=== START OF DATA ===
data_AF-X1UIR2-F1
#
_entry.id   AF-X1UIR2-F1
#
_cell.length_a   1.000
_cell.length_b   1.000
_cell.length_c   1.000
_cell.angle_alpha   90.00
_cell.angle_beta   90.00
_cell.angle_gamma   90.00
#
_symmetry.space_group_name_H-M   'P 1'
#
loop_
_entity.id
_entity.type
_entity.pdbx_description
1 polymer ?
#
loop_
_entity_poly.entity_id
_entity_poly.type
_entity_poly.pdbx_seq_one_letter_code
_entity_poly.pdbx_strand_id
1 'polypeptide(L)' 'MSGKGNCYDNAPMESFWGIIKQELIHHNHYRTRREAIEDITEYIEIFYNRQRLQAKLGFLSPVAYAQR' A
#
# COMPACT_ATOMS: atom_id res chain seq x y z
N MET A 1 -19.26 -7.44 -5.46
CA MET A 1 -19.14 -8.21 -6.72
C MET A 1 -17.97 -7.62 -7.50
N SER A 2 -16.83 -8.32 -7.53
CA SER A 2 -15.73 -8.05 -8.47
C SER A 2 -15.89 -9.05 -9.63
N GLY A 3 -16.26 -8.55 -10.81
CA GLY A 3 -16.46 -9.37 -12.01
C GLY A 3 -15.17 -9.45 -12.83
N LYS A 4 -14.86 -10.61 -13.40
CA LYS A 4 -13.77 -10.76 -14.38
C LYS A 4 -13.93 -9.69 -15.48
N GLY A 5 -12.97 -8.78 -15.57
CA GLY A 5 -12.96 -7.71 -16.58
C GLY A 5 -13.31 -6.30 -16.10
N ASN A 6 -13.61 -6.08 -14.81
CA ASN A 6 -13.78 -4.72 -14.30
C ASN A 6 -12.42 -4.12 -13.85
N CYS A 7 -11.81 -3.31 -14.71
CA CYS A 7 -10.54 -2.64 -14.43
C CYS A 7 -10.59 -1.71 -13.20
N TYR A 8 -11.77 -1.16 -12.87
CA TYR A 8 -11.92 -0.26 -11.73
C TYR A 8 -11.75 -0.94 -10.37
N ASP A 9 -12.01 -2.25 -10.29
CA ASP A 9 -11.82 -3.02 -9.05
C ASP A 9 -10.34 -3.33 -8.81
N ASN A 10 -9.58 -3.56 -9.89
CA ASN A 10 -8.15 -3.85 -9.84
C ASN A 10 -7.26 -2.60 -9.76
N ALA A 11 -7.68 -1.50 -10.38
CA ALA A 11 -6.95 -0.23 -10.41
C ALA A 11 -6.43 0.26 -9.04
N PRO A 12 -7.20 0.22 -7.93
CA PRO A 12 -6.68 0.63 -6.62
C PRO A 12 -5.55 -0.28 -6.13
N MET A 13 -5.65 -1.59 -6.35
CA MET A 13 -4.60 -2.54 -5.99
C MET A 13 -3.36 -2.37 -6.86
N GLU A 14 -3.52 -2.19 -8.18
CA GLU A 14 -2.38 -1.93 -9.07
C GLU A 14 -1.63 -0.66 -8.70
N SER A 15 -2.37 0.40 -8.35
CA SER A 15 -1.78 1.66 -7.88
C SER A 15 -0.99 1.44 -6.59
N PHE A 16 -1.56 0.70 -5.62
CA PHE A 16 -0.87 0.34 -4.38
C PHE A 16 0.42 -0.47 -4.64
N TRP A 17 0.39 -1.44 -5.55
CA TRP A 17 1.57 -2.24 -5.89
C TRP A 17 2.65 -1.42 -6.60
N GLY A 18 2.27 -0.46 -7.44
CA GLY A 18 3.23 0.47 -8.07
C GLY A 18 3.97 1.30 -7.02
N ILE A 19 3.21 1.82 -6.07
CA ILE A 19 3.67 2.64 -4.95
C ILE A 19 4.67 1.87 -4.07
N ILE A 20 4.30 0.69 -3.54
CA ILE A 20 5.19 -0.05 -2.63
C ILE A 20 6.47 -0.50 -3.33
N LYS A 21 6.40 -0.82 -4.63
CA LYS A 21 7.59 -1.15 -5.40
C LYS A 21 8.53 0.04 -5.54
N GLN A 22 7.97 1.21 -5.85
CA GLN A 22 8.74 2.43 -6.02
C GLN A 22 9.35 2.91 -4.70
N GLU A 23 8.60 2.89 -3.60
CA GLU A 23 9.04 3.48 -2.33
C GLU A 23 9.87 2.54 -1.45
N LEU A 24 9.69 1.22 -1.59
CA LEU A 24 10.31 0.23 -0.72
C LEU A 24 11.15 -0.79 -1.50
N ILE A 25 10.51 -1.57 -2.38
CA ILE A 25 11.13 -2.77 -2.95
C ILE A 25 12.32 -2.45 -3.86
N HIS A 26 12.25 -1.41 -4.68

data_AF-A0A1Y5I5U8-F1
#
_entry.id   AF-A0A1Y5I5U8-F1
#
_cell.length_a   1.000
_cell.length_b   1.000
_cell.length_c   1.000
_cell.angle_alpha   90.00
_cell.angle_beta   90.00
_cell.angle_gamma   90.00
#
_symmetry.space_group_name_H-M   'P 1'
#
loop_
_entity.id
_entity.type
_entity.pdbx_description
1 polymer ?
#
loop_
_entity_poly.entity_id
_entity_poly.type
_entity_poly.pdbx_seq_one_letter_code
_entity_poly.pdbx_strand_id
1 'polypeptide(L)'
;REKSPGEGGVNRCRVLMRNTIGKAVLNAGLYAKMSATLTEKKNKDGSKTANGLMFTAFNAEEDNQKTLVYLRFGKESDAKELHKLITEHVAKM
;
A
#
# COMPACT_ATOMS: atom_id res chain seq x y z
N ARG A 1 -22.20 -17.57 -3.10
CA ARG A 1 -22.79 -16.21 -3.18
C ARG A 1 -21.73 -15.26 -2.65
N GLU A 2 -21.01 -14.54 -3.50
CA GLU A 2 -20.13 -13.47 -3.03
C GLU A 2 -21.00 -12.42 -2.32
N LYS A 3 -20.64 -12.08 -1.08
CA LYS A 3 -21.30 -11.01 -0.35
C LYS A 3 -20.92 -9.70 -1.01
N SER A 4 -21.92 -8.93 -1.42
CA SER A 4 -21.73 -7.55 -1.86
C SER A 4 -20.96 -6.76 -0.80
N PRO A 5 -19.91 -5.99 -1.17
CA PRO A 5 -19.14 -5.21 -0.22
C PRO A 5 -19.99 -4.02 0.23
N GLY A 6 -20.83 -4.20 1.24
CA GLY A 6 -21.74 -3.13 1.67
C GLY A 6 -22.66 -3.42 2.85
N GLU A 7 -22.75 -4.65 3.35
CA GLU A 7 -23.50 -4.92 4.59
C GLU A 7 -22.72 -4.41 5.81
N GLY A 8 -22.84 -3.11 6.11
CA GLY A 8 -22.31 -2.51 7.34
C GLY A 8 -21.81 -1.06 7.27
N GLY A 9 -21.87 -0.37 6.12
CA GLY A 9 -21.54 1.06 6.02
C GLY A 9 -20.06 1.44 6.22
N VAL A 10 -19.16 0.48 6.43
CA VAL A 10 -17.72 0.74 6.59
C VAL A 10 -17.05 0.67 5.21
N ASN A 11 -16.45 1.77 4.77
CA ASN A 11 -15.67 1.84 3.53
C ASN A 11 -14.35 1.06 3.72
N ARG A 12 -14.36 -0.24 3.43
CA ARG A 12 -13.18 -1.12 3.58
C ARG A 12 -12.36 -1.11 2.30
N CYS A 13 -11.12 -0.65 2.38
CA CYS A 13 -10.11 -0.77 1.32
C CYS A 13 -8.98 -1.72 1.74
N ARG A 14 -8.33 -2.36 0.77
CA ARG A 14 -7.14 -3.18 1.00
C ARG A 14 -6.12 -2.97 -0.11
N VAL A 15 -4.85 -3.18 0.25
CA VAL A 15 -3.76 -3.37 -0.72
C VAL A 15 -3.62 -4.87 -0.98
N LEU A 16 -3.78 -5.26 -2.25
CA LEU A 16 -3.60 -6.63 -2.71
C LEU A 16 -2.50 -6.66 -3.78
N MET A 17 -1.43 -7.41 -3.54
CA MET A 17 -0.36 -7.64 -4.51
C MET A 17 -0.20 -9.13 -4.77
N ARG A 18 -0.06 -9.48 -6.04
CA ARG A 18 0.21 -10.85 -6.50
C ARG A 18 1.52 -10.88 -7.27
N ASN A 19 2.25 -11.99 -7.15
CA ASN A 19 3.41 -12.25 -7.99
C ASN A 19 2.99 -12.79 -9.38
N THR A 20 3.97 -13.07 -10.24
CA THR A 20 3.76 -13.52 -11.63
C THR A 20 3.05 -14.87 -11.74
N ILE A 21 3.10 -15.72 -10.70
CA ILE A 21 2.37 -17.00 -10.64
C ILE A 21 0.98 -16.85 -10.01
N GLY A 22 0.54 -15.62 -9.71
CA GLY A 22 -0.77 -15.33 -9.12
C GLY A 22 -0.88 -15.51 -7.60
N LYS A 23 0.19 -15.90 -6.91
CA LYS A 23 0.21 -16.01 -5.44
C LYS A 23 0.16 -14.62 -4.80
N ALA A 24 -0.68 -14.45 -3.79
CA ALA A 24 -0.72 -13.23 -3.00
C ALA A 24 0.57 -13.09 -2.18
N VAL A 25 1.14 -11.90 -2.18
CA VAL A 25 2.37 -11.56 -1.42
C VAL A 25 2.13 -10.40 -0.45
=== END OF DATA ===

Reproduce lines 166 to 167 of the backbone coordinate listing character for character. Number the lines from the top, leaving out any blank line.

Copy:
C ASN A 11 -14.35 1.06 3.72
N ARG A 12 -14.36 -0.24 3.43